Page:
I gave it 4 stars.

Laughing at my Nightmare by Shane Burcaw

The next nonfiction on my list is about Shane Burcaw who has SMA, also known as spinal muscular atrophy. This was an eye-opening book about the hard times and the good times, and how the life of a disabled person is made up of both. Shane explains through sarcasm and dark humour that he gets through his days by remembering to laugh and be cheerful about his life which was a very big contrast to some of the fiction I read where the disabled character was only ever depressed or wanted to end their lives which just doesn’t reflect reality. A lot of people with disabilities are very happy and fulfilled and I feel like this book tries to break harmful stereotypes about what it’s like living with a disability. I read it very quickly and enjoyed my time reading it.

I gave it 5 stars.

Love from A to Z by S. K. Ali

This was another contemporary novel, so again, not really my thing, but I was pleasantly surprised by this story! The main character, Adam has just been diagnosed with multiple sclerosis and he goes home for the holidays to be with his friends and family. He also lost his mother to MS, so along with him coming to terms with his diagnosis, he is faced with having to tell his father and little sister that he might have the same outcome as hs mother. This all happens to the backdrop of Adam finding love, which was very cute! I found the rep in this to be really good and the way it is written to be sensitive and thoughtful. It was pretty good!

I gave it 4.5 stars.

Me Before You by Jojo Moyes

I had a REALLY hard time reading this book and I knew it was pegged as harmful and just really bad rep, I didn’t think it would make me so angry ad confused. I agree that there is a very bad and harmful rep for the majority of the book, but there are also some things that I can understand, just not in the way it was written or what the author’s intention was, which I just don’t know about. Needless to say, it’s staying in the bad rep category, I’m just still very undecided about my overall thoughts. That will probably be a very long and ranting chapter in the thesis…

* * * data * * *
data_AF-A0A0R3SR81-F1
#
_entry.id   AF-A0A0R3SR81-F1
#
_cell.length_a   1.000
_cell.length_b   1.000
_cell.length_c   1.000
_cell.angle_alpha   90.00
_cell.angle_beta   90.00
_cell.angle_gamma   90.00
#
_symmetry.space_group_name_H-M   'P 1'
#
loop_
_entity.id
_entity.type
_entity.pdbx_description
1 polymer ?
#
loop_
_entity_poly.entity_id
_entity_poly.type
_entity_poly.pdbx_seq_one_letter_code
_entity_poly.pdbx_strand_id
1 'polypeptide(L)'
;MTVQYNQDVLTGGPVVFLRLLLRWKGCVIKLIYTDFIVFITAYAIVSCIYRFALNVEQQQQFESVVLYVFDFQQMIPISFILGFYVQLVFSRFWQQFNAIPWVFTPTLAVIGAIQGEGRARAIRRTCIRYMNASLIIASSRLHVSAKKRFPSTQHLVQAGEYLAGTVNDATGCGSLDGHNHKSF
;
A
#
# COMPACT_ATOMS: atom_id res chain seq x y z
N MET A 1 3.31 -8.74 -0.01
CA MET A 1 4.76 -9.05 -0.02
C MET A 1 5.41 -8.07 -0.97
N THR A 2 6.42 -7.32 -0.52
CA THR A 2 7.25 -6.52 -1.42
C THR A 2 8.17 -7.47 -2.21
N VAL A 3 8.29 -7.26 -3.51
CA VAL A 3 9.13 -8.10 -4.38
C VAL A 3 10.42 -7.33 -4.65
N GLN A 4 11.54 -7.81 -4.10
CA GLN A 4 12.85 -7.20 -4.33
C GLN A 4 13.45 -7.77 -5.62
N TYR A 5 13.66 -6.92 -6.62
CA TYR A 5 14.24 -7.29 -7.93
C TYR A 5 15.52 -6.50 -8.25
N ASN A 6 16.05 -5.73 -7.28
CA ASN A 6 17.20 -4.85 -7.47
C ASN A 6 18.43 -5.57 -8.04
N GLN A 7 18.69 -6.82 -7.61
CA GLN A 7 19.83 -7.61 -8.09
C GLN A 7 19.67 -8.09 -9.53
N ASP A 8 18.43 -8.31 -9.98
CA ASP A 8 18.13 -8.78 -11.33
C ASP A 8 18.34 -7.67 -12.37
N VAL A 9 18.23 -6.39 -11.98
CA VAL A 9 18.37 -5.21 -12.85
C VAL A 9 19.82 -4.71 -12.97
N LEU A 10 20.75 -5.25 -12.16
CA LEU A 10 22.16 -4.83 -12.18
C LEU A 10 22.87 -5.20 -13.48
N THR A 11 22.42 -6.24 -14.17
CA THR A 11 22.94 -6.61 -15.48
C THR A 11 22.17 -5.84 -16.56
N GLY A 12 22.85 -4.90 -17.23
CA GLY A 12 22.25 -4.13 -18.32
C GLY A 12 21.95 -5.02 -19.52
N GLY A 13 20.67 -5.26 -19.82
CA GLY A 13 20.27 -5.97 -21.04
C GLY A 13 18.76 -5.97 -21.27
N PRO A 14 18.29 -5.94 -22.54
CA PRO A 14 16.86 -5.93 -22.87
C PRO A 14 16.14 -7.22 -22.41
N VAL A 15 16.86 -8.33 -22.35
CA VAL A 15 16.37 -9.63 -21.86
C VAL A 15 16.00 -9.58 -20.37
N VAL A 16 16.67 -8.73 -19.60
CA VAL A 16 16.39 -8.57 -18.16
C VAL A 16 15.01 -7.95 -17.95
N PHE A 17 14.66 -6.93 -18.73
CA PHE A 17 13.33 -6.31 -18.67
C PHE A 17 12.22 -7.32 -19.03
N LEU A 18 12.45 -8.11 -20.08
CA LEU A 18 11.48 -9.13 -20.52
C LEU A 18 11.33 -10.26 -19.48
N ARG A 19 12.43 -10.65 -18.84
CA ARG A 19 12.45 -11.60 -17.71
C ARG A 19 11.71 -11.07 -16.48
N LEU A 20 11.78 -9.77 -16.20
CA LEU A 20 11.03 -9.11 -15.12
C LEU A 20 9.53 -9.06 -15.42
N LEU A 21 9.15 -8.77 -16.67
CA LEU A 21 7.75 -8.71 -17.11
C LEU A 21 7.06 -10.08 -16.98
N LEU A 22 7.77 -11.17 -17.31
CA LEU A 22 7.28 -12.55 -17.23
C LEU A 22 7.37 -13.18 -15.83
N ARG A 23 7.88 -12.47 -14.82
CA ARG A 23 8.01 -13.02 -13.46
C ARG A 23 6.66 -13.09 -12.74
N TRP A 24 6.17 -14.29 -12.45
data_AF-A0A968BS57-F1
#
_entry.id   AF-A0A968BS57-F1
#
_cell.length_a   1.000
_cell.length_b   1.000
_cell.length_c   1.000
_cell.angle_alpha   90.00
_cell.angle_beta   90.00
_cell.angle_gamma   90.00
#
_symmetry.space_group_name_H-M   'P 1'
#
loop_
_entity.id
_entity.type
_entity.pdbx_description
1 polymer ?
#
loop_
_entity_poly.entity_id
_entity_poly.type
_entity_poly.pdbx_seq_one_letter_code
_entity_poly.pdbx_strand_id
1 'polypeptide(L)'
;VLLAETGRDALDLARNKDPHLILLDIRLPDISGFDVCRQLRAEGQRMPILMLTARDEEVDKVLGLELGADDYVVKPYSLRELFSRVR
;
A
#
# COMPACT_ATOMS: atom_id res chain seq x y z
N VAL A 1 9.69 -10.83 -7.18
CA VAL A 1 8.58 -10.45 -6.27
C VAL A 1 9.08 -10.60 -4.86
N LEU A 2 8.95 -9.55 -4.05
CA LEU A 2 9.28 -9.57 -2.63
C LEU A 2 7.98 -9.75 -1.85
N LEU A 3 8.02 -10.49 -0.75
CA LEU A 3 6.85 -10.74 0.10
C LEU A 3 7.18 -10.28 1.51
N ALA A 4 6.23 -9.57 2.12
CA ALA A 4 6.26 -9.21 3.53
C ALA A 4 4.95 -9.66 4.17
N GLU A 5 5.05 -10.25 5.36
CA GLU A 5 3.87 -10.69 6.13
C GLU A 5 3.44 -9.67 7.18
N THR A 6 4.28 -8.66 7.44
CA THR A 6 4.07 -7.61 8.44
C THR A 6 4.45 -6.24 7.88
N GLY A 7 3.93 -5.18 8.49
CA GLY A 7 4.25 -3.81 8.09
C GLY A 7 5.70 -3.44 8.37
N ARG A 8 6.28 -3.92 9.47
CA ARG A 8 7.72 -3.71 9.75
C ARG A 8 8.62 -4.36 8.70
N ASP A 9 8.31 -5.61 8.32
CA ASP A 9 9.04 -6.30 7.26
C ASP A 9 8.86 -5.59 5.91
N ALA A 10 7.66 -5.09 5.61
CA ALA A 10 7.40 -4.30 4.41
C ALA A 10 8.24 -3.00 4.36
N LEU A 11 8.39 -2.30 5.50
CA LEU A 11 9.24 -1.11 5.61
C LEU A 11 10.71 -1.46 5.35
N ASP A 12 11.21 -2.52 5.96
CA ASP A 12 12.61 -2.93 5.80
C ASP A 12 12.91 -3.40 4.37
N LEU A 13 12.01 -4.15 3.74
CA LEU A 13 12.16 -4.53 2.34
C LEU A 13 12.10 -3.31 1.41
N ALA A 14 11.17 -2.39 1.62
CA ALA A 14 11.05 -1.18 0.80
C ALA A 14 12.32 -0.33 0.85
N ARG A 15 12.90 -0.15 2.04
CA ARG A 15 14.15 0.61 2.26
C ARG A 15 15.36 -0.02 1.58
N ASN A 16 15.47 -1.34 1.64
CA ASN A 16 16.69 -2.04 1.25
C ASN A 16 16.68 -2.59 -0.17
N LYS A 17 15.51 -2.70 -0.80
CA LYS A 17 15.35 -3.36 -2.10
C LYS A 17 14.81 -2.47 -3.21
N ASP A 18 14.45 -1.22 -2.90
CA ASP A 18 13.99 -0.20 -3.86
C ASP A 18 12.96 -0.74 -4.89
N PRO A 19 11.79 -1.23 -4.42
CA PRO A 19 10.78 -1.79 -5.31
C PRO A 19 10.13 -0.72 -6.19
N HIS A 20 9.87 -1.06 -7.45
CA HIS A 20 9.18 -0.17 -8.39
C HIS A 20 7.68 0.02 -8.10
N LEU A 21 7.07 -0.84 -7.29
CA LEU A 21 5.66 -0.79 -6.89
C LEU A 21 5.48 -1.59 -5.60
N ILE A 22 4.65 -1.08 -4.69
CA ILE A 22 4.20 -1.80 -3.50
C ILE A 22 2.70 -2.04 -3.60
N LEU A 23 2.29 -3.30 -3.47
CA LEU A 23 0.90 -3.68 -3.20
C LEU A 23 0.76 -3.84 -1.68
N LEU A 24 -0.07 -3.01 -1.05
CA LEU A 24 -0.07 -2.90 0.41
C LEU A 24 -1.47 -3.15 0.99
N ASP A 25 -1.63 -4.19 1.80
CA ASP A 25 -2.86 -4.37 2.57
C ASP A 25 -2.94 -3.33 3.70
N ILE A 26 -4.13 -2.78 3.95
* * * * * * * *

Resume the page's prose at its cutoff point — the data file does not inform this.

I gave it 1 star.

One for All by Lillie Lainoff

I absolutely loved this book and it is probably my favourite from this wrap-up! It was a new release from this year and a really unique historical fiction in which Tania, the MC living with postural orthostatic tachycardia syndrome (POTS) wants to become a musketeer like her father. I was swept up in this story and really enjoyed how much I was able to learn about this disability through Tania’s eyes as it’s a fairly rare disease. I also got to talk to the author about her book, and I loved every minute of both the interview and the story.

I gave it 5 stars!

Please Read This Leaflet Carefully by Karen Havelin